“We’re confident the building meets standards for Head Start,” Leaman said. “Is it nice and fluffy? No, but it meets the standards. If this didn’t go forward, I wouldn’t sit here and tell you we Head Start is out of Brookings, goodbye, good luck. We would do something, try to come up with funds to buy it from SWOCC without the upgrades. We’d continue operating it without upgrades. That’s less than desirable, but that’d be our first choice.”
The county has tried to locate other buildings and property to relocate, to no avail.
“The problem is, we were looking a couple years ago during remodel and could not find a location in the Brookings area,” Lehman said. “That is the one risk with that. Without (this), there will always be scrambling for space.”
The county would also like SWOCC to sell this building to ORCCA. One appraisal conducted years ago put the value at $314,000; a second, more recent one, at $370,000.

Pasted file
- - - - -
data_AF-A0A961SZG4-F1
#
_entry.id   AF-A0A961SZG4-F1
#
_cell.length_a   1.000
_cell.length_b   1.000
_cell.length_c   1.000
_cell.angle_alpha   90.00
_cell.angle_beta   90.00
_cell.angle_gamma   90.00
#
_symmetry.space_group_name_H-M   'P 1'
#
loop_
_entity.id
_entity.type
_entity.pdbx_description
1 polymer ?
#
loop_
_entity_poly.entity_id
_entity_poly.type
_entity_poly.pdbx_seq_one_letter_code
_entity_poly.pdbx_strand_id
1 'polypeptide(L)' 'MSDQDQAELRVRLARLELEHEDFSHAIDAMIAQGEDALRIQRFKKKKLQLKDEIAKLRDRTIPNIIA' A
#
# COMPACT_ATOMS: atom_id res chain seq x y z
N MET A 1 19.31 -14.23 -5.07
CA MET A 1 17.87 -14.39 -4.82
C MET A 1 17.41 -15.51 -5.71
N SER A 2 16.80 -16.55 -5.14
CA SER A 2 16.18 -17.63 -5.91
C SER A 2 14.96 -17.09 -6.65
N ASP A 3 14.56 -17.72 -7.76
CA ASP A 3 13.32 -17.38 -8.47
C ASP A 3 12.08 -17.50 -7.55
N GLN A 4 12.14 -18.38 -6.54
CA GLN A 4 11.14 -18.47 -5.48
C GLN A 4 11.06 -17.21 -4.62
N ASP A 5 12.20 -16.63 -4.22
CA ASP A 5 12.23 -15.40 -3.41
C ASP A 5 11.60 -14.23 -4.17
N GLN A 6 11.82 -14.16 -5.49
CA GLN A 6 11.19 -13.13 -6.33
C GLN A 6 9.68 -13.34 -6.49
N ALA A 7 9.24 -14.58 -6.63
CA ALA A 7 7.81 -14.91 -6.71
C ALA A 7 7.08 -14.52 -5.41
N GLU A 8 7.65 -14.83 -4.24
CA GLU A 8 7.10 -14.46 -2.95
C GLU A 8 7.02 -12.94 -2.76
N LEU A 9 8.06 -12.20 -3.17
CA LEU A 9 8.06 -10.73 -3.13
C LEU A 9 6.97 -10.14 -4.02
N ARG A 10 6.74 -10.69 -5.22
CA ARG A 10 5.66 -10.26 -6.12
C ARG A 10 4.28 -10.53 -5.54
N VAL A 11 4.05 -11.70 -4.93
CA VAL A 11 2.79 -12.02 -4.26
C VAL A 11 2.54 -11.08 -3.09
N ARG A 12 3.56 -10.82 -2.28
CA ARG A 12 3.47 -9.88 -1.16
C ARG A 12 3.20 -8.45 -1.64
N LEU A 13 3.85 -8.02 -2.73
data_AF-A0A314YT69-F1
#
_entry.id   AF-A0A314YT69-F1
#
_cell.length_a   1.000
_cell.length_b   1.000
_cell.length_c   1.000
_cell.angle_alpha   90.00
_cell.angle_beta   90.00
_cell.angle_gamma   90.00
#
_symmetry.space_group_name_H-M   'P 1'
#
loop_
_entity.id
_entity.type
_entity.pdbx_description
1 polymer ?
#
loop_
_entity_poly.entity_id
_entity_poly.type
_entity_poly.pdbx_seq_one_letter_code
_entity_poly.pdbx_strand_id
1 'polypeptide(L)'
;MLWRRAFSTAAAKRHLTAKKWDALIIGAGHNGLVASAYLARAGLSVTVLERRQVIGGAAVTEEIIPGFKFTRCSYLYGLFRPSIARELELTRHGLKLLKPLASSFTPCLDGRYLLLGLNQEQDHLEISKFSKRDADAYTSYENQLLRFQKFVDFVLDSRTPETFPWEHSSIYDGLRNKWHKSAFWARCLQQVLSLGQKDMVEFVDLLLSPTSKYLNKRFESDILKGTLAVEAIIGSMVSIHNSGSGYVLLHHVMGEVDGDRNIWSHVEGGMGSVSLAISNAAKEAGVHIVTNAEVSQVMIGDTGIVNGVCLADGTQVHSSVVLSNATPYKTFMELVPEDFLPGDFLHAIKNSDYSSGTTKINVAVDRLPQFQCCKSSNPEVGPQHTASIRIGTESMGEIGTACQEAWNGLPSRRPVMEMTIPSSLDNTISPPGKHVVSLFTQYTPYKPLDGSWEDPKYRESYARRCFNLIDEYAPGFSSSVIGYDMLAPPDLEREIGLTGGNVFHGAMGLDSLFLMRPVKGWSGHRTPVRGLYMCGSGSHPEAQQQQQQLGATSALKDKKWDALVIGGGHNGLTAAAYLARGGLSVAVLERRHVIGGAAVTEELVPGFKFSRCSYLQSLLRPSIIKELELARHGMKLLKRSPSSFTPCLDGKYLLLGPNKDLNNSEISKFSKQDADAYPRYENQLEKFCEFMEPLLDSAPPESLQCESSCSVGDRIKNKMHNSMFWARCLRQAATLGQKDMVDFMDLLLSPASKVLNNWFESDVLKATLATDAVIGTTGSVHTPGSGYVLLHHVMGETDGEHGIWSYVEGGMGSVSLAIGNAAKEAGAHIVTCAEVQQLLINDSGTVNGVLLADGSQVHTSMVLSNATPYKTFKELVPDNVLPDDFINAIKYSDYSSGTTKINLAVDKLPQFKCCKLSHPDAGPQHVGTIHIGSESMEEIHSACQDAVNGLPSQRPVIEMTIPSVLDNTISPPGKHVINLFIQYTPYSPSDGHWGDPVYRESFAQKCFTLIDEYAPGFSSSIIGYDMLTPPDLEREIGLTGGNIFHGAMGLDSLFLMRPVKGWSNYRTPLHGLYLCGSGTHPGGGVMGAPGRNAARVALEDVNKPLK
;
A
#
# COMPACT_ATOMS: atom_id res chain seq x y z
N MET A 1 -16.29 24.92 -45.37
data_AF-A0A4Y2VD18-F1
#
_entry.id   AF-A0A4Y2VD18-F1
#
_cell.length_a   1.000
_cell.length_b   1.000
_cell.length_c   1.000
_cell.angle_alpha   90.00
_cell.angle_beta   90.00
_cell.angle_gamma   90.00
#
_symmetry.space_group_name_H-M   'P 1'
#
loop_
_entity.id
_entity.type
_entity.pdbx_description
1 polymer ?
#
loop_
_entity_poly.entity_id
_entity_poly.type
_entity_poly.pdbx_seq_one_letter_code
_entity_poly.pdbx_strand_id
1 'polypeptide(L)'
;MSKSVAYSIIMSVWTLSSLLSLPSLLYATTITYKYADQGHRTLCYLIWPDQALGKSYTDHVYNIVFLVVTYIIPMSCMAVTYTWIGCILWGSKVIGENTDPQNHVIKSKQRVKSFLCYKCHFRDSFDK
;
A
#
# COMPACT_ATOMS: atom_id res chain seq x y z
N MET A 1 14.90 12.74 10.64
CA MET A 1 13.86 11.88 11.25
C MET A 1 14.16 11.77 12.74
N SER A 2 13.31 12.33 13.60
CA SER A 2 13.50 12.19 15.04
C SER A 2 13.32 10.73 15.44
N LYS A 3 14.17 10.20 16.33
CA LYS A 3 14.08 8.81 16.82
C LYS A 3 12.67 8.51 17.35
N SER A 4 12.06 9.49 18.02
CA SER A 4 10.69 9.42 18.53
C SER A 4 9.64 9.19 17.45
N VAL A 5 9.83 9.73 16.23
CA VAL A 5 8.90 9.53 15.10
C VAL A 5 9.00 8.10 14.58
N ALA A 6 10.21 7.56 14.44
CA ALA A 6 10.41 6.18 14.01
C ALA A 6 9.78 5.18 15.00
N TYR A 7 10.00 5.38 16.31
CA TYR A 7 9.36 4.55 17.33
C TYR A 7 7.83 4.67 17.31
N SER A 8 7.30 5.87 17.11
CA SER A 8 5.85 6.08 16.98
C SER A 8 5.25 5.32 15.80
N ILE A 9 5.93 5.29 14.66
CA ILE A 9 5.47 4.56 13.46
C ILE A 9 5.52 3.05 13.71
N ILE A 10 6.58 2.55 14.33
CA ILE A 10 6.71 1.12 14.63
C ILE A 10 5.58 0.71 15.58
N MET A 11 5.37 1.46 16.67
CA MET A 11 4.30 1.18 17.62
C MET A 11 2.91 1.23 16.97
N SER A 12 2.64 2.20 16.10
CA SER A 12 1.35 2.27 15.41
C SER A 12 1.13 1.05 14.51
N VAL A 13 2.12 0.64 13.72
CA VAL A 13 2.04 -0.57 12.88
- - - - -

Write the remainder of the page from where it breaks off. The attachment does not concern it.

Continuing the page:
The difference could be made up if SWOCC would agree to sell the building at the older, lower value, or if ORCCA could find additional funds elsewhere.
Boice also expressed concern about the overall condition and age of the building.
“The sheer amount of money we’re looking at putting into it,” he said. “I’m trying to figure out a way to keep this. I’m concerned it may not be the best value for our dollar.”
Lehman said the building has to meet national Head Start standards, and the remodel conducted years ago took care of that.